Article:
Ordered factors , was:[R] surrogate poisson models
BXC
BXC at NOVO.dk
Wed May 5 11:35:54 CEST 1999
For ordered factor the natural contrast coding would be to parametrize by
the succsessive differences between levels, which does not assume equal
spacing
of factor levels as does the polynomial contrasts (implicitly at least).
This requires the contr.cum, which could be:
contr.cum <- function (n, contrasts = TRUE)
{
if (is.numeric(n) && length(n) == 1)
levs <- 1:n
else {
levs <- n
n <- length(n)
}
contr <- array(0, c(n, n), list(levs, levs))
contr[col(contr) <= row(contr)] <- 1
if (contrasts) {
if (n < 2)
stop(paste("Contrasts not defined for", n - 1, "degrees of
freedom"))
contr <- contr[, -1, drop = FALSE]
}
contr
}
Why is this not part of the standard R distribution ?
Bendix Carstensen
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> -----Original Message-----
> From: Thomas Lumley [mailto:thomas at biostat.washington.edu]
> Sent: 4. maj 1999 16:00
> To: Simon Bond
> Cc: r-help at stat.math.ethz.ch
> Subject: Re: [R] surrogate poisson models
>
>
> On Tue, 4 May 1999, Simon Bond wrote:
>
> >
> > Call:
> > glm(formula = terms(Fr ~ treatment * age + (treatment + age) *
> > repair, keep.order = T), family = poisson, data = overall)
> >
>
> >
> > Coefficients:
> > Estimate Std. Error z value Pr(>|z|)
> > (Intercept) 0.68441 0.28979 2.362 0.01819 *
> > treatment -0.28096 0.43716 -0.643 0.52043
> > age.L 0.55595 0.42669 1.303 0.19259
> > age.Q 0.03404 0.42817 0.079 0.93664
> > treatment.age.L -1.31805 0.66813 -1.973 0.04853 *
> > treatment.age.Q -0.37452 0.67332 -0.556 0.57805
> > repair.L 1.53962 0.54255 2.838 0.00454 **
> > repair.Q -0.49447 0.40128 -1.232 0.21787
> > treatment.repair.L -3.93138 0.96310 -4.082 4.46e-05 ***
> > treatment.repair.Q -0.58937 0.62739 -0.939 0.34753
> > age.L.repair.L -2.08339 0.67093 -3.105 0.00190 **
> > age.Q.repair.L -0.47257 0.59116 -0.799 0.42406
> > age.L.repair.Q -0.04208 0.42881 -0.098 0.92183
> > age.Q.repair.Q -0.64314 0.42800 -1.503 0.13293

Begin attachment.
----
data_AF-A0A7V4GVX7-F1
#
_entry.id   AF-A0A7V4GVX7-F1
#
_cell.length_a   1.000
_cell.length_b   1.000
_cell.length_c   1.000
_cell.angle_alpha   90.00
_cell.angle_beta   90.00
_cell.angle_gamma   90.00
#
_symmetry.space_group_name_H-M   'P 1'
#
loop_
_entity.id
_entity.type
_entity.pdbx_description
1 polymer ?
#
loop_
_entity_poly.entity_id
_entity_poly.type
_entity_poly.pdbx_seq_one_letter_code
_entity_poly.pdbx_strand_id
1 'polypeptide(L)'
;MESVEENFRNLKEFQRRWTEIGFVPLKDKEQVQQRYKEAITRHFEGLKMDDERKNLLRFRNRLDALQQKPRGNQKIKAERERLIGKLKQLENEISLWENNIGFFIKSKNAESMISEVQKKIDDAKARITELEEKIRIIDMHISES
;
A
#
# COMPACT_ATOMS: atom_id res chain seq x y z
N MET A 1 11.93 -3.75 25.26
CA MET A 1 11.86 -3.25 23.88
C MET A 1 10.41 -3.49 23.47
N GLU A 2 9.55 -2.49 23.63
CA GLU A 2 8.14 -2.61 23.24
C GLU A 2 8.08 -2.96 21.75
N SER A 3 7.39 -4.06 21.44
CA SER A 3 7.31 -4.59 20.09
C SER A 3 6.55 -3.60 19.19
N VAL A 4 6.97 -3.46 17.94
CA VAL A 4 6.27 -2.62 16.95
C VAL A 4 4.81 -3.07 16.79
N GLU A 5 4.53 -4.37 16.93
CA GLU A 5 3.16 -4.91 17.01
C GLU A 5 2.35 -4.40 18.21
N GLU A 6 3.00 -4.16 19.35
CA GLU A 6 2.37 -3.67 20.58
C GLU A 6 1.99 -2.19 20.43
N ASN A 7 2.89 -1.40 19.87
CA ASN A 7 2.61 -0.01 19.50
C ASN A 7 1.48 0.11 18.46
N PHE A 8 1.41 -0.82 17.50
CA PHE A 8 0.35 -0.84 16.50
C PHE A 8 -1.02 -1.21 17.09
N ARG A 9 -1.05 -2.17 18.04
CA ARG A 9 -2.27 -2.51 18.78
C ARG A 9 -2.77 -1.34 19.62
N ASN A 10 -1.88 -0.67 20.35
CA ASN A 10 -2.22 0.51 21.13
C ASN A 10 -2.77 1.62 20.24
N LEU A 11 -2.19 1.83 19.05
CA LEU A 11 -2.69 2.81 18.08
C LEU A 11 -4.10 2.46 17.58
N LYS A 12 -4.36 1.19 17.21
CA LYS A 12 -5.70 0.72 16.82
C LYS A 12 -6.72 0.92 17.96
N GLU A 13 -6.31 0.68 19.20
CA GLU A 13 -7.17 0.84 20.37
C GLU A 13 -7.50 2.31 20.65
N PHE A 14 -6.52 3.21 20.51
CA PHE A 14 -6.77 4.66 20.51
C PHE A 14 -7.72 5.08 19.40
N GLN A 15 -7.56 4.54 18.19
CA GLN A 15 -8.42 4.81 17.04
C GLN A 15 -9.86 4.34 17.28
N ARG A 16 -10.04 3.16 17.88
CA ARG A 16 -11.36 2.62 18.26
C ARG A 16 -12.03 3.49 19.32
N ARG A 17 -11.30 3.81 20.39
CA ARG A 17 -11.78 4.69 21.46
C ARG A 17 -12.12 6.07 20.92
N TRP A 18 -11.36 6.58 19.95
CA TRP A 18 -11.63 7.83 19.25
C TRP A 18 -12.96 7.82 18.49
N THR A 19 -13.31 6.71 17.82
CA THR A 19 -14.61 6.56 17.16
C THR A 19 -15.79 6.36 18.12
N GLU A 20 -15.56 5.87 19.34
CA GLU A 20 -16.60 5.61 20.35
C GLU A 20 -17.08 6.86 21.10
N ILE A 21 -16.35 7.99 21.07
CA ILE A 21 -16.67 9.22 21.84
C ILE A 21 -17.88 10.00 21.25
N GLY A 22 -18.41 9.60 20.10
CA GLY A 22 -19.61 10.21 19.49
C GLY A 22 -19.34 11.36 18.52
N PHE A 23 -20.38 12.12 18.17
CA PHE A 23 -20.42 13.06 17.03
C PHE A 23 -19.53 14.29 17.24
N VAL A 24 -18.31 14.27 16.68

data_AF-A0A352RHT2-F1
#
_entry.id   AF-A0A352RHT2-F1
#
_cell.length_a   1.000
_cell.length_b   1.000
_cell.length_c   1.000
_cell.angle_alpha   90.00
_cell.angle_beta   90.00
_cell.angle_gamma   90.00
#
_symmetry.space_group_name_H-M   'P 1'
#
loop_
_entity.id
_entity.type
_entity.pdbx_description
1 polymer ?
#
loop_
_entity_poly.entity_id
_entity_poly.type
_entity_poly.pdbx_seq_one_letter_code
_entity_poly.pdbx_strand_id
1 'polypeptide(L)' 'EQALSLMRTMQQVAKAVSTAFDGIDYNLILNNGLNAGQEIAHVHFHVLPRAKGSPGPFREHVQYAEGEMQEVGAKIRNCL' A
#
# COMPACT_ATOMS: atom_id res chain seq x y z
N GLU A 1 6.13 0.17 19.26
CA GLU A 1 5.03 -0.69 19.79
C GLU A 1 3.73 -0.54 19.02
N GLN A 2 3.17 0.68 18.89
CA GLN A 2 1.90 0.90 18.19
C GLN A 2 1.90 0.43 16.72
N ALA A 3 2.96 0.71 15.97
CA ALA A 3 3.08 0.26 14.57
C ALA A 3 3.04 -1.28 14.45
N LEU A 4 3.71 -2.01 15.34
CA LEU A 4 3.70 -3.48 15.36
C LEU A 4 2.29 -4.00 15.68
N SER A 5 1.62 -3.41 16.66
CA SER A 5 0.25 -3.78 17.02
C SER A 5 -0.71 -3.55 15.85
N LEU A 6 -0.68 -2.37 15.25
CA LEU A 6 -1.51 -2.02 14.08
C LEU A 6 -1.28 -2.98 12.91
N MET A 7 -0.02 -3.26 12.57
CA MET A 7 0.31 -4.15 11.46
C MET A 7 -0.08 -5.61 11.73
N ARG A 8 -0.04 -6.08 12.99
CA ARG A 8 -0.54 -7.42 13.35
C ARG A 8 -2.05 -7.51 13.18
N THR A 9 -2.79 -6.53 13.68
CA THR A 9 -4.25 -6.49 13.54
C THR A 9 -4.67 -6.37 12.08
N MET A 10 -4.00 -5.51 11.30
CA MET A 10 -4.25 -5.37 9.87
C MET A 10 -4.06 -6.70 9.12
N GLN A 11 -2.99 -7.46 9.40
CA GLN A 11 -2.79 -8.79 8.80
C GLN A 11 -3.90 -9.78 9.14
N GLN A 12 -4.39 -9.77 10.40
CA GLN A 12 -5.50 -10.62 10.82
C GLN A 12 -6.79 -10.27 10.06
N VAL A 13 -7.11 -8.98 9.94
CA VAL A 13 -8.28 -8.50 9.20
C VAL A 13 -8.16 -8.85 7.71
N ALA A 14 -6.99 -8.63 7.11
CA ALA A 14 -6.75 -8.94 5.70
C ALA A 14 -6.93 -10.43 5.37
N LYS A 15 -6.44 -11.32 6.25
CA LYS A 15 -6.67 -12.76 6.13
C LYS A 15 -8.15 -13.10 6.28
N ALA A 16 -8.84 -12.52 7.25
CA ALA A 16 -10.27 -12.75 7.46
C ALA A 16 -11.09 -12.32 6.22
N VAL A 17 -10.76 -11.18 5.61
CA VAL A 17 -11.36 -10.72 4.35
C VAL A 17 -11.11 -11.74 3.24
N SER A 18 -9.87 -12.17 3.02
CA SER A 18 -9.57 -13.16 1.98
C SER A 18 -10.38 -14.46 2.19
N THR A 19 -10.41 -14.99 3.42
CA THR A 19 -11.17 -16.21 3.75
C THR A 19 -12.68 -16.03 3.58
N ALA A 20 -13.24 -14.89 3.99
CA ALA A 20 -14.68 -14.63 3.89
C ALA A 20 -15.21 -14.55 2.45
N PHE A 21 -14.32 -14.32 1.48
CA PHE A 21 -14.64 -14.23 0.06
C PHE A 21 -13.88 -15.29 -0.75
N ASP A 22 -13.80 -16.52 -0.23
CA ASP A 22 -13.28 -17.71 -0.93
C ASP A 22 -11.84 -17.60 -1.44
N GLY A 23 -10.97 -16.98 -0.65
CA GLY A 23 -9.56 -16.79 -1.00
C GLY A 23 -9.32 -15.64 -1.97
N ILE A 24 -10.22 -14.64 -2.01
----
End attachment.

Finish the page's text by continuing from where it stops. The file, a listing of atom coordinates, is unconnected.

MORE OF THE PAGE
> > - ---
>
> >
> > How do you interpret the suffixes .L and .Q in the
> summary? I tried
> > redefining overall$age_ordered(.... labels=c(...)), to no
> avail. When the
> > factors are unordered, the suffixes are the labels, but the
> fitted model is
> > different.
>
> For an ordered factor polynomial contrasts are used by
> default (this can
> be set with options(contrasts=)). Polynomial contrasts decompose the
> effect of a variable into orthogonal linear, quadratic,
> cubic,... terms.
> Based on the analysis above you might argue that all the
> quadratic terms
> are relatively small and not statistically significant and
> that the linear
> terms capture most of the variation.
>
> You can see what the contrast matrix looks like by typing eg
> R> contr.poly(3)
> .L .Q
> [1,] -7.071068e-01 0.4082483
> [2,] -7.850462e-17 -0.8164966
> [3,] 7.071068e-01 0.4082483
>
> to get the polynomial contrasts for a three-level ordered factor.
>
> For an unordered factor we use treatment contrasts by default
> (that is,
> indicator variables for all but one level of the factor).
> Any full rank
> set of contrasts gives the same model, but the coefficients
> are different,
> and allow you to answer different questions. The choice of contrasts
> depends on which questions you want to answer.
>
> Thomas Lumley
> Assistant Professor, Biostatistics
> University of Washington, Seattle
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